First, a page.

Dungeon Masters

And this will be achieved with a joint work between players and Dungeon Masters. How do then a character more accessible Elf? There are a number of aspects which we must take into account when dealing with this topic, which will make us the much easier way at the time of play with an Elf. And an easier way will make more fun. These keys are applicable both to player characters and NPC s in charge of the DM. See them well. -A mind closed against an open mind. This is my understanding of the fundamental aspect of this whole story, and will condition somehow everyone else. Normally we tend to perceive the High Elves as beings of strong principles, and although they are sometimes stark, they are also respectful and tolerant.

When interpreting a character Elf may be a good idea to do it as if our Elf is the most tolerant of all of them (although again this will depend on the campaign, the nature of the character and a myriad of factors). So we minimize the impact that will have the possible abuse of certain topics. Other more simple words: be and again talking about racial differences of the characters within the game tends to deplete these characters. -Discover your city… Elvish cities and societies tend to be closed, sometimes even racists with the other breeds. A Dungeon Master should treat a city that appears in their games as a character, as something that has its own life. Thus, an Elf character may serve of the peculiarities of the city in which lives or that found, and in defining their character the player will have a few lines of development to define his character Elf.

A well-defined city will make a character feel part of the story. -Meet your neighbors. Relationships with the other characters, non-player or players, are important, and it will be necessary to have a series of previous ideas about how we want to develop these relationships. One of the recurring features in Elves is their tendency to be elusive and mysterious. This is fine, but abusing of this character will drain very quickly, by what uses this feature carefully. -Exclusivity. An aspect that we often have recourse, and in elque all have fallen at one point or another is wanting to do it too exclusive, do so only with their magical objects and weapons and equipment. Good is that our character is unique, but care must be taken when designing it, since we run the risk of pigeonhole the character. A unique spell can bore us in the long run if we repeated it many times. We may have a unique skill so strange that we can not use it never in the game. By way of conclusion I would like to say a few last things. Serve the archetypes when profiling your character Elf, working together with other players and Dungeon Masters when it comes to framing him in the campaign. Use planning and improvisation in equal parts to play with your Elf character. Don’t let the archetypes and cliches to play against you, that your character is an Elf should not influence your way of playing. You play and have fun.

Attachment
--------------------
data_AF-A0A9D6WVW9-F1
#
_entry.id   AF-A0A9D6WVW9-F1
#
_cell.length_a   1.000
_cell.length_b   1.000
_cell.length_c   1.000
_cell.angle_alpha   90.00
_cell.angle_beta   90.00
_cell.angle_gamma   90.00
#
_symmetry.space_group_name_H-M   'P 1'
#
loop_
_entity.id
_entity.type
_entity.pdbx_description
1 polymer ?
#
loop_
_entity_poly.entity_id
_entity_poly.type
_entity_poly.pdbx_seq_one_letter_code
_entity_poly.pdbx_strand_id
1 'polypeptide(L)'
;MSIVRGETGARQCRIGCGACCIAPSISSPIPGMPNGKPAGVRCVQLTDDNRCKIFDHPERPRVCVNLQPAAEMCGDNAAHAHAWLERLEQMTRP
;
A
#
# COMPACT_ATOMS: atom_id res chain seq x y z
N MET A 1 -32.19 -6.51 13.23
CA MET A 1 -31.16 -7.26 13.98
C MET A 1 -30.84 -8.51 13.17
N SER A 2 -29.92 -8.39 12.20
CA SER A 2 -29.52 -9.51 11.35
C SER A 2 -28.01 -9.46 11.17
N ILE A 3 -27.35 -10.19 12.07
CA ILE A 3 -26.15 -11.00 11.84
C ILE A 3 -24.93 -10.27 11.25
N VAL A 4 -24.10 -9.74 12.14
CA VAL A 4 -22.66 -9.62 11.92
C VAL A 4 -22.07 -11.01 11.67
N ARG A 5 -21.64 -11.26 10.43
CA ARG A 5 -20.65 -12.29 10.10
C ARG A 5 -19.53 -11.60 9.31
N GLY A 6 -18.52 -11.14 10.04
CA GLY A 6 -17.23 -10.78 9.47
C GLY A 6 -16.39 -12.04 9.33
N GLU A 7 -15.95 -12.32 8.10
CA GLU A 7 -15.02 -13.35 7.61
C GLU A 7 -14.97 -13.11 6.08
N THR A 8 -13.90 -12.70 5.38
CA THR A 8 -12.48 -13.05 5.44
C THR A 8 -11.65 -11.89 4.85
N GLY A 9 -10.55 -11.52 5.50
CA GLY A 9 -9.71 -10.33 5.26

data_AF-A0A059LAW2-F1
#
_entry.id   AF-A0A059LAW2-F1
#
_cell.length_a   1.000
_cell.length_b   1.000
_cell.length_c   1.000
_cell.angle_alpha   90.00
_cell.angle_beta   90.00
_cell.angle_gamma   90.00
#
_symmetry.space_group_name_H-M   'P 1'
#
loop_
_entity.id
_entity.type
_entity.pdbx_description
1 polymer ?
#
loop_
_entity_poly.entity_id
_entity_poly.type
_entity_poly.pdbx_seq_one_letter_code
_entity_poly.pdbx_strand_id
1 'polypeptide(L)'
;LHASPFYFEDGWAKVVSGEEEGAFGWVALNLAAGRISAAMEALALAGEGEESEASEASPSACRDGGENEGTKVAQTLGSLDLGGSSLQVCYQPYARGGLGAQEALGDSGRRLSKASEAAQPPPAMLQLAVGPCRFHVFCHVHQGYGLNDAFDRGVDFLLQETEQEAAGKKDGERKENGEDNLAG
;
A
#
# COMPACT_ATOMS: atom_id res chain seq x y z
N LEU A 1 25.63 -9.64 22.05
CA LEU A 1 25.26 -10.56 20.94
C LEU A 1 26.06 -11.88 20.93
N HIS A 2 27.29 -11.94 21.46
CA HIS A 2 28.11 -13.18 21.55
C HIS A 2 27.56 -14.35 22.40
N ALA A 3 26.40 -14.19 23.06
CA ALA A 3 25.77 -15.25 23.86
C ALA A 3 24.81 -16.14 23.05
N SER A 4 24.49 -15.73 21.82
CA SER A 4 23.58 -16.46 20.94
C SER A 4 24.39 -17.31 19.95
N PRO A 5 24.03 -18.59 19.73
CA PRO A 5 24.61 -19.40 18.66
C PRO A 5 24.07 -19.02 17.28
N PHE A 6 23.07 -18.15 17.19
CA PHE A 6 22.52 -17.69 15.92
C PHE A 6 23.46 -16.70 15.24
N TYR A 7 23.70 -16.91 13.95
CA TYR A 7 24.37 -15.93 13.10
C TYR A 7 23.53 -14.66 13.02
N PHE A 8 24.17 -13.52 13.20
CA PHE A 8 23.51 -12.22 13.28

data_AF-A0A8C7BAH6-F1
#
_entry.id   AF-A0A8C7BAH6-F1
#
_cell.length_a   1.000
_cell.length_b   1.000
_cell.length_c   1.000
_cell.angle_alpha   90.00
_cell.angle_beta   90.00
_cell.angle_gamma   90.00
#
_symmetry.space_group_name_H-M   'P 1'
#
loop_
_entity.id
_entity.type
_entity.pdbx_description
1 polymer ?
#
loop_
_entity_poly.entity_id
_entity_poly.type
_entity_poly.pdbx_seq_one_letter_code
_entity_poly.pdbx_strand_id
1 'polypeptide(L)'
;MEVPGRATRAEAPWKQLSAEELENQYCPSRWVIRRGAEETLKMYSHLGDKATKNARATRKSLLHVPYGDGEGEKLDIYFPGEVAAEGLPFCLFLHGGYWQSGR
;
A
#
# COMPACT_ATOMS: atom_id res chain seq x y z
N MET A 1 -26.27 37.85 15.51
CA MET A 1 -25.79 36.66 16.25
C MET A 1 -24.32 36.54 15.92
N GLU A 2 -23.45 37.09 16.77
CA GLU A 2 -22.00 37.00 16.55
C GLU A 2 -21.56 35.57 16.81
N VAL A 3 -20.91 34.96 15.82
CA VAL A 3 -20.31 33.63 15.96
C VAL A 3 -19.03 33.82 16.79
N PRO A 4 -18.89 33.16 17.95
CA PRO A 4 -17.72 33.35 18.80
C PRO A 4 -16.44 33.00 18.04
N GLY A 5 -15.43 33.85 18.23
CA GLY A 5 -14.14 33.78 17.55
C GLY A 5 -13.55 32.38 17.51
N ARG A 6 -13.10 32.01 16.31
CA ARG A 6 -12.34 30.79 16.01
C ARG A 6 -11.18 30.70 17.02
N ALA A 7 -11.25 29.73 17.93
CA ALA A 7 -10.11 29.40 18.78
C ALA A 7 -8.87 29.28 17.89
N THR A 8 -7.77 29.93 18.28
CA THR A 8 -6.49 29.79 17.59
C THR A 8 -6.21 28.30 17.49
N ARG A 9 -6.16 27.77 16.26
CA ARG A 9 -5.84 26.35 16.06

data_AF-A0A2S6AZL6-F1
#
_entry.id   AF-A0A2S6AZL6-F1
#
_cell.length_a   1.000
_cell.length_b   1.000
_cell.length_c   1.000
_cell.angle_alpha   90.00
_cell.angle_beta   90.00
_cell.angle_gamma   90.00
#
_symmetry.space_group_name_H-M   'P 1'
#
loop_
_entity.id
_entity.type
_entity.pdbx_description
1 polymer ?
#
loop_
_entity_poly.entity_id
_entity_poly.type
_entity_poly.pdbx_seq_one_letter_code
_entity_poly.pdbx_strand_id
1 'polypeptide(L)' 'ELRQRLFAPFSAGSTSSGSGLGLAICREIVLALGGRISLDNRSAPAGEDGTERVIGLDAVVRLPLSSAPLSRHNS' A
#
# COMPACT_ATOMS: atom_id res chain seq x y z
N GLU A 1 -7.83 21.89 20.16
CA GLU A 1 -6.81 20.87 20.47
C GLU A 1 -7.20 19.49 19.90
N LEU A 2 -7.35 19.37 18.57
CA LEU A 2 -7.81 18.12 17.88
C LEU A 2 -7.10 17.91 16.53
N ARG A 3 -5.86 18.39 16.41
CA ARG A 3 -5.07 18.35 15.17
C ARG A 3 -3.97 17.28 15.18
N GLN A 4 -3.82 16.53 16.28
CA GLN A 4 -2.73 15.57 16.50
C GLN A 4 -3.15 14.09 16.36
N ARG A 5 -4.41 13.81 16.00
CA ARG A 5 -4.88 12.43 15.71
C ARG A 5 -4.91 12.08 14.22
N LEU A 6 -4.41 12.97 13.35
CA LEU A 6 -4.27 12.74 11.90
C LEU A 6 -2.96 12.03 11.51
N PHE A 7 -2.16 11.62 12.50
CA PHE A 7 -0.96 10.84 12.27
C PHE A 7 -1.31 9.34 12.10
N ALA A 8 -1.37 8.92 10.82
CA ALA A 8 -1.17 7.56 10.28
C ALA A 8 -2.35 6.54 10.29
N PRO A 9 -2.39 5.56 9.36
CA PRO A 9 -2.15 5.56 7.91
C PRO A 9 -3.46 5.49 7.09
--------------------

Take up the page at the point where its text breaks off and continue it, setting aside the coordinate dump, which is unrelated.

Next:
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Bill

March 29th


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